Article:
Earlier, England's European men's doubles champions, Chris Hunt and Simon Archer, had given England a 2-1 lead with a spectacular 20-minute victory.
Hunt's and Archer's power overhead and smothering aggression at the net has always carried great potential and it overwhelmed Peter Blackburn and Mark Nichols, a new partnership from which the Australians are expecting much, by 15-1, 15-0.
England, favourites to win the gold medal again, had made sure of a medal of some colour with five wins in two days that left them top of their group, but they experienced greater difficulty in the semi-finals against the improved Australians.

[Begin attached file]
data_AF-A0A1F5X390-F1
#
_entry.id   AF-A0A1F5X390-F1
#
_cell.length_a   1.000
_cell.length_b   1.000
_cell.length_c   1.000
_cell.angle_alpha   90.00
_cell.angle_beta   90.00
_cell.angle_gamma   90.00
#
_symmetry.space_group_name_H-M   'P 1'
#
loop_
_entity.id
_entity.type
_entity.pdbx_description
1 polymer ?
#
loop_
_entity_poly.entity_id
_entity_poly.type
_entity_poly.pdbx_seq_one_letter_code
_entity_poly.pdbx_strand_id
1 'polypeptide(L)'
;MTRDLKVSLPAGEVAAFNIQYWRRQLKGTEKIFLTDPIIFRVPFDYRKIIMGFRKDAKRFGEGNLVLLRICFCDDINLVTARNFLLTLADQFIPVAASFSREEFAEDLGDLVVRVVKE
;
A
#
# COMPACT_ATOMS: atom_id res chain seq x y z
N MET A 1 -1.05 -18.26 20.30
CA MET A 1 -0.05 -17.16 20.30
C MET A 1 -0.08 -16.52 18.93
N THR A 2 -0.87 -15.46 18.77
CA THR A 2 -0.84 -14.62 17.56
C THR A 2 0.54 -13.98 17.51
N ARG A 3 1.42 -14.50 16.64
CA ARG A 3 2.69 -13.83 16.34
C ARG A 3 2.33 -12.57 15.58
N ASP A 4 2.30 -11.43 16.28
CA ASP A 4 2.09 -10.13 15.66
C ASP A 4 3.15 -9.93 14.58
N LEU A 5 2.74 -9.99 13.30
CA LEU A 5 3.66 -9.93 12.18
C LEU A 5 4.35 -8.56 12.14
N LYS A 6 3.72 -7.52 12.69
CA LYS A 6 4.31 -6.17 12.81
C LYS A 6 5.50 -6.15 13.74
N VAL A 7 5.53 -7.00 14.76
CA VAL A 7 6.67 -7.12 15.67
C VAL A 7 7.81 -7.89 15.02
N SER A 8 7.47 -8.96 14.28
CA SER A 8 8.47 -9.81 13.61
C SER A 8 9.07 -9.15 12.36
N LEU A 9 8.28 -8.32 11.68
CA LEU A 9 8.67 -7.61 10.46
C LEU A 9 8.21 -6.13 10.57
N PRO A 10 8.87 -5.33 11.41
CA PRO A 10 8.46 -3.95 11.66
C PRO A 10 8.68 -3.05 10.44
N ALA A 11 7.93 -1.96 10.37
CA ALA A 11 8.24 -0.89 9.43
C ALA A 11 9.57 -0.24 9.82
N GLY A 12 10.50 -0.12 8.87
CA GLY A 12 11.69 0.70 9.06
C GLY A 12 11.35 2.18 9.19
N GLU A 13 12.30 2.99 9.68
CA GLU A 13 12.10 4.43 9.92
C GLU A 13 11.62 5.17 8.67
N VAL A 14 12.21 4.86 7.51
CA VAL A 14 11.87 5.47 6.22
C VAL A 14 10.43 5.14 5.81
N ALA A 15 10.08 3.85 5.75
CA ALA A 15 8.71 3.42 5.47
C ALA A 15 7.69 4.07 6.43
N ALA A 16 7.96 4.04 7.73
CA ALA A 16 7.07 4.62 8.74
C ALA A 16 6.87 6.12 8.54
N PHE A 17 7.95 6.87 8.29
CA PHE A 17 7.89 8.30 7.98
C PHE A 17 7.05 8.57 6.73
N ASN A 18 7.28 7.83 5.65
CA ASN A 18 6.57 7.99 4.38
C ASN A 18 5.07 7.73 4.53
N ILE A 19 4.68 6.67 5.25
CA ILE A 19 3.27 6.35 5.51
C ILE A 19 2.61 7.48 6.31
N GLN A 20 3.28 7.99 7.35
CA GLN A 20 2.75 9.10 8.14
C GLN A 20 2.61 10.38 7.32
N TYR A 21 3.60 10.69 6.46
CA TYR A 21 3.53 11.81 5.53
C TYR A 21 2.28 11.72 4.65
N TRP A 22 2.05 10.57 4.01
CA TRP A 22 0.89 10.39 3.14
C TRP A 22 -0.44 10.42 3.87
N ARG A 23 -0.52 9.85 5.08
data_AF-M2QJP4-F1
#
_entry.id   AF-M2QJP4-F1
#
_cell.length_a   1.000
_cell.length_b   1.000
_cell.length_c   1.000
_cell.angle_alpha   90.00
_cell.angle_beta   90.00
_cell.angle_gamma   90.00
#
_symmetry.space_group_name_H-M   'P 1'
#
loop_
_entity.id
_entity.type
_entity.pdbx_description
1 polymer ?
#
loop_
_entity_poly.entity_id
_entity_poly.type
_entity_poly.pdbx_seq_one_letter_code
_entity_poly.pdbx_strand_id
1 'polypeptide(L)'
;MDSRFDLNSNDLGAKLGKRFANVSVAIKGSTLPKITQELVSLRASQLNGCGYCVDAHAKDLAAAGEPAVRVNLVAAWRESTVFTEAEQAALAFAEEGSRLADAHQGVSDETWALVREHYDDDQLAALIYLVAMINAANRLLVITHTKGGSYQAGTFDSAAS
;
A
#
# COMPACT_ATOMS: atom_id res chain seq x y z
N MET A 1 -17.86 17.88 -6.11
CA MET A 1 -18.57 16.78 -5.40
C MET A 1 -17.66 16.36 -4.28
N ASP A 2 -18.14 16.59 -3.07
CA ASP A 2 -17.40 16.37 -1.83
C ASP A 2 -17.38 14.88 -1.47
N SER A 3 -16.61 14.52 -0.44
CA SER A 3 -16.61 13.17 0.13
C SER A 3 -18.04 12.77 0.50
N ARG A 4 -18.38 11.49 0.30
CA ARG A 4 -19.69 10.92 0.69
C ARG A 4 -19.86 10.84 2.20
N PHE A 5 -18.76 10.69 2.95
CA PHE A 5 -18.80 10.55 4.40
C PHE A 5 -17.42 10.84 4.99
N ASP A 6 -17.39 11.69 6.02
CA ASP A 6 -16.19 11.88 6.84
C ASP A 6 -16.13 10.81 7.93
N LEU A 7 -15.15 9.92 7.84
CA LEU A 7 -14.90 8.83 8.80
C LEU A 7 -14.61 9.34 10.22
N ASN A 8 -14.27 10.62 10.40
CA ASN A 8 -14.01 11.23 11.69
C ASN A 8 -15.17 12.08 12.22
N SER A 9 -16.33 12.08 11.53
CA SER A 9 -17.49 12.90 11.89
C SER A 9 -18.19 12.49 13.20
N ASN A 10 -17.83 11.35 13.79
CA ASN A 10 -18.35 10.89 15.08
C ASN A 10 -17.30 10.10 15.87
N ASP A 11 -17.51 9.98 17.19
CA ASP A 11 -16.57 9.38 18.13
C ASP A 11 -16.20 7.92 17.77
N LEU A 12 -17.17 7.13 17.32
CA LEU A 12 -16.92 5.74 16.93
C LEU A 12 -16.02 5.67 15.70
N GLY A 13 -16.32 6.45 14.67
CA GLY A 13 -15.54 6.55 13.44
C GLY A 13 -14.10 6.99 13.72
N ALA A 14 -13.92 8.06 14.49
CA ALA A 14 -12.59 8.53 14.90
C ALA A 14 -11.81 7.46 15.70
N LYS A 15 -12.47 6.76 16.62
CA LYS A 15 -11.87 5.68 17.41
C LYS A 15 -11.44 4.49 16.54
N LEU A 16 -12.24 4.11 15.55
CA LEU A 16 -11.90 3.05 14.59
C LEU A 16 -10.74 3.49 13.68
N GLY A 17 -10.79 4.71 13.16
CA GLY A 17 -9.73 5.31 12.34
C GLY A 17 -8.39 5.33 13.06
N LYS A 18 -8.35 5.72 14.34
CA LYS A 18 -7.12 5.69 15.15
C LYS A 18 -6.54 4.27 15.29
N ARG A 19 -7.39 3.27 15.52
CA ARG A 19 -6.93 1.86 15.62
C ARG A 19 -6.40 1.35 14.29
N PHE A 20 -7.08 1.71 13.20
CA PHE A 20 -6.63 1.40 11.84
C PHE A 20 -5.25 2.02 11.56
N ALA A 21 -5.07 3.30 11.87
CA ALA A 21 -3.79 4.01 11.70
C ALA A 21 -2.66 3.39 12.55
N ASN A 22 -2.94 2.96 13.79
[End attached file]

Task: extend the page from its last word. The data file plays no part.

Substantial funding from Olympic sources and an eight-week preparation for these Games has ensured that Australia will gain only their second-ever badminton medal. It will be interesting to see their progress by Sydney 2000. Lisa Campbell, one of their three good women singles players, has already made progress, beating the English national champion, Suzanne Louis-Lane, 11-1, 11-3.
This match was closer than the scores suggest, with Louis-Lane working her opponent hard in the middle of the second game with every prospect of making a comeback. England found compensation in an opening men's singles victory by Anders Nielsen, their European bronze medallist, who beat Paul Stevenson 15-8, 15-6.
Canada, silver medallists the four previous Games team events, were beaten 3-2 by Hong Kong.